About circulation

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Updated: 4/11/2007 2:49 pm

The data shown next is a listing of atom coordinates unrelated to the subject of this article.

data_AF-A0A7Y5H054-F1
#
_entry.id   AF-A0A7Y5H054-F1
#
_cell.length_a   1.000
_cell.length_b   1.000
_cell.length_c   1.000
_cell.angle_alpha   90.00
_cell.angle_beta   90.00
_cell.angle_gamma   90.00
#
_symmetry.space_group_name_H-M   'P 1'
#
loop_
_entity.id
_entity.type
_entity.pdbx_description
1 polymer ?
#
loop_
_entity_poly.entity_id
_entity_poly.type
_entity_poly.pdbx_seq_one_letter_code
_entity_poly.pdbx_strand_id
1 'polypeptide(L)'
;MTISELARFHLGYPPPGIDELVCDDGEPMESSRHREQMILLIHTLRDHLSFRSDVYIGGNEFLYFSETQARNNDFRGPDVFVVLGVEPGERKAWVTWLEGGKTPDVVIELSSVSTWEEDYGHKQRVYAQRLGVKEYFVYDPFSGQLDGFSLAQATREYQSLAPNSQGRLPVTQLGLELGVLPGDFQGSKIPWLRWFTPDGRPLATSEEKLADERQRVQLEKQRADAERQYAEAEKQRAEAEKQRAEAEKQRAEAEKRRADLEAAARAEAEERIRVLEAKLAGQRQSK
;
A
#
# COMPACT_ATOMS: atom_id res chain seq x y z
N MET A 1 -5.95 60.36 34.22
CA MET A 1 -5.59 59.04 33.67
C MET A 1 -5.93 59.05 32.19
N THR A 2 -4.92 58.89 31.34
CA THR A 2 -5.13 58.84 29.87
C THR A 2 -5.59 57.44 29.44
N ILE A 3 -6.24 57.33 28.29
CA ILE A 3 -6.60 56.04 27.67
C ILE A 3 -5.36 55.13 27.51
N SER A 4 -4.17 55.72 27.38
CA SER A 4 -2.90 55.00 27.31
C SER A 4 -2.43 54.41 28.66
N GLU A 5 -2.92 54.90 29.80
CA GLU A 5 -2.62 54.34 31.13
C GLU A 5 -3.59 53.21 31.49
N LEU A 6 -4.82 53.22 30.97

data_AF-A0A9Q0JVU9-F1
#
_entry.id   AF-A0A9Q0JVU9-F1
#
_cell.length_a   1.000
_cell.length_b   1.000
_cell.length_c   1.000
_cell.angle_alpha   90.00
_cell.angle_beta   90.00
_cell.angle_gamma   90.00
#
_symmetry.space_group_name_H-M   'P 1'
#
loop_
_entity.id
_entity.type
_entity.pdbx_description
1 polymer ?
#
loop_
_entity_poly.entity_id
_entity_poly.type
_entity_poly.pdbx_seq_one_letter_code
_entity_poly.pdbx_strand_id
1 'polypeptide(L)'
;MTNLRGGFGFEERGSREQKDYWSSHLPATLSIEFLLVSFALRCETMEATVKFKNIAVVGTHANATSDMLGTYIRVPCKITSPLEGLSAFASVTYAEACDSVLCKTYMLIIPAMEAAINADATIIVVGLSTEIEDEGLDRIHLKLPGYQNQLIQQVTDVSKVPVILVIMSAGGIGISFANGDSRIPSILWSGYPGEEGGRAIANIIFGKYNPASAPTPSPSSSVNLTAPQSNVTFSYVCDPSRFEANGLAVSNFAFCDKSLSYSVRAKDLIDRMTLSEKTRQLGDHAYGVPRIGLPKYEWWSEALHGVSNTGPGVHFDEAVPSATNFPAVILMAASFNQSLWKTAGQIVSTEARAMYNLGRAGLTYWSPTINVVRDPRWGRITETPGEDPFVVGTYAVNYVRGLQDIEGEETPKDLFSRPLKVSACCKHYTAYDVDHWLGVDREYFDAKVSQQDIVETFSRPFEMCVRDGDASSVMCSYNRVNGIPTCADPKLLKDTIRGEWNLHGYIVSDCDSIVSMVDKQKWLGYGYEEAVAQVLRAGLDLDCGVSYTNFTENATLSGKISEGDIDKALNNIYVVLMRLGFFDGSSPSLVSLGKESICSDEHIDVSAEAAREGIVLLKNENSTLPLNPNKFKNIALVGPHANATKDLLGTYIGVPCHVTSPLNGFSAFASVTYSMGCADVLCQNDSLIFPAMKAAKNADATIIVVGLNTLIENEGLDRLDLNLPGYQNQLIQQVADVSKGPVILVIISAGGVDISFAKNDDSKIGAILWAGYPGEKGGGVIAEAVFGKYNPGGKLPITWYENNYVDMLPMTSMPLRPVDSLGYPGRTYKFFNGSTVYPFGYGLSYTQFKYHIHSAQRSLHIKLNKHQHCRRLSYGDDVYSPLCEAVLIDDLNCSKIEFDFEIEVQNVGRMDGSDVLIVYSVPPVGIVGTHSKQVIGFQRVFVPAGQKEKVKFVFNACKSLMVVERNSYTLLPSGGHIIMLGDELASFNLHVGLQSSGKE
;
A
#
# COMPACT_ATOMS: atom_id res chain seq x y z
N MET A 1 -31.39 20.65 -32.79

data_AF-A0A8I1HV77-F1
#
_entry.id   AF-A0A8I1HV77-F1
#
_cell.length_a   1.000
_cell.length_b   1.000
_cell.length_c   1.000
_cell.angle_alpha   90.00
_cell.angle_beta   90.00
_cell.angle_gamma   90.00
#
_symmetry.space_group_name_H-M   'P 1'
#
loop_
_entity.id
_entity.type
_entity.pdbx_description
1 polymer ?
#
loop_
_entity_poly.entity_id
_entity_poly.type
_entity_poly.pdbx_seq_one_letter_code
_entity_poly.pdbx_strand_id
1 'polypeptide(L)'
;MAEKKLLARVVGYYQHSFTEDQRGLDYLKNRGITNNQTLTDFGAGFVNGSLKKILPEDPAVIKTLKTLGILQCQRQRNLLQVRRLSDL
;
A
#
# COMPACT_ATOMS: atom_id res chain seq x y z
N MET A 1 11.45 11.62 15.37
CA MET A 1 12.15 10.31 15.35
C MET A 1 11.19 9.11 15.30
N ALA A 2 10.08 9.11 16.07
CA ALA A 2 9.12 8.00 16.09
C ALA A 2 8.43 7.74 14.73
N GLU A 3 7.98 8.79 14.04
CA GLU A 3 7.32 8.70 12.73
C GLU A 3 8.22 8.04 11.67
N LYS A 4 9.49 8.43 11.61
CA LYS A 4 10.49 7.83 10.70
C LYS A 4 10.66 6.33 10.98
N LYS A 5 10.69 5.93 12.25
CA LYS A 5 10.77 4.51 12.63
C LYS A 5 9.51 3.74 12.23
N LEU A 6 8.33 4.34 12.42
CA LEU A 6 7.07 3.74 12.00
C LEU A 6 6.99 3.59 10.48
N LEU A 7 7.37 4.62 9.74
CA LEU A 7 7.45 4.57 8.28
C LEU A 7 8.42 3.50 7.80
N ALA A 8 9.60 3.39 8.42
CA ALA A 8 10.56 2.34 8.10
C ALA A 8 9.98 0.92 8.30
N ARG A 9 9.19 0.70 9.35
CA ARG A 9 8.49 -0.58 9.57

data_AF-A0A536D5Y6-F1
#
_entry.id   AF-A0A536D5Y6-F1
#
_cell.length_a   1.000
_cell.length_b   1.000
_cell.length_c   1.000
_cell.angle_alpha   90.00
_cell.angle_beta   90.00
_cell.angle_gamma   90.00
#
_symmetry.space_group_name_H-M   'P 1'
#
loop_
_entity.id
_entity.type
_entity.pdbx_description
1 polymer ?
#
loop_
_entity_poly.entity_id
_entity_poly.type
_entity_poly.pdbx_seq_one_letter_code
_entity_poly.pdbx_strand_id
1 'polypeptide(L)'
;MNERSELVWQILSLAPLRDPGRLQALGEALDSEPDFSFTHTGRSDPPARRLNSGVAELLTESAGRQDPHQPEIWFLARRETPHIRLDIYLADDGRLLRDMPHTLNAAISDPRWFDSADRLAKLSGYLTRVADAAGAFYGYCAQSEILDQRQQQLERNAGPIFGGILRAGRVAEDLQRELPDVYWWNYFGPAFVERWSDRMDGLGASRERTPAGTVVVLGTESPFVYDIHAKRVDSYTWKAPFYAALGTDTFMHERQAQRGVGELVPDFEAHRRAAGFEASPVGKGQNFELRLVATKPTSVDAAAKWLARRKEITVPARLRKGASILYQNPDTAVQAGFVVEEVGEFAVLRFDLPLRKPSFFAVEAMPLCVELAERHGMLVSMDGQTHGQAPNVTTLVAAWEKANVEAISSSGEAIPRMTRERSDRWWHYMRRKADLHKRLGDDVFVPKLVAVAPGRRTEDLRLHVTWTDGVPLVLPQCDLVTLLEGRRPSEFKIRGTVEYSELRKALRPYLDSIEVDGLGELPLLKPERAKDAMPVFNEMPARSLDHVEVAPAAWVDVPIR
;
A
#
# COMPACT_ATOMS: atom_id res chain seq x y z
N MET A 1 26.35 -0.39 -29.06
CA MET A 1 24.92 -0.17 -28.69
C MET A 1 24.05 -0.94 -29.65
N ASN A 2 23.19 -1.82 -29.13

The circulatory system is a complex group of structures that includes the heart, lungs, and blood vessels. Its function is to carry nutrient-and oxygen-rich blood to every part of your body. At any given time, about five liters of blood are traveling through the circulatory system, propelled forward by the contractions of the heart. As the heart beats, it pushes blood through the aorta (ay-OAR-tuh) into the arteries, then into tiny vessels called capillaries. The blood then gathers up waste products such, as carbon dioxide, and travels into the veins on its way back to the heart. Muscles around your arm and leg veins contract to help push the blood along. As blood returns to the heart, it enters the upper right chamber called the right atrium. Blood is then pumped to the lower chamber, the ventricle, and from there it’s pushed to the lungs. The lungs filter out the carbon dioxide from the blood and re-introduce oxygen. This oxygen-rich blood returns to the heart and enters the upper left chamber, or left atrium, moves down into the left ventricle, and the cycle begins again. Assisting in the movement of blood are numerous valves which, when functioning properly, act like miniature swinging doors to keep blood from flowing backward.
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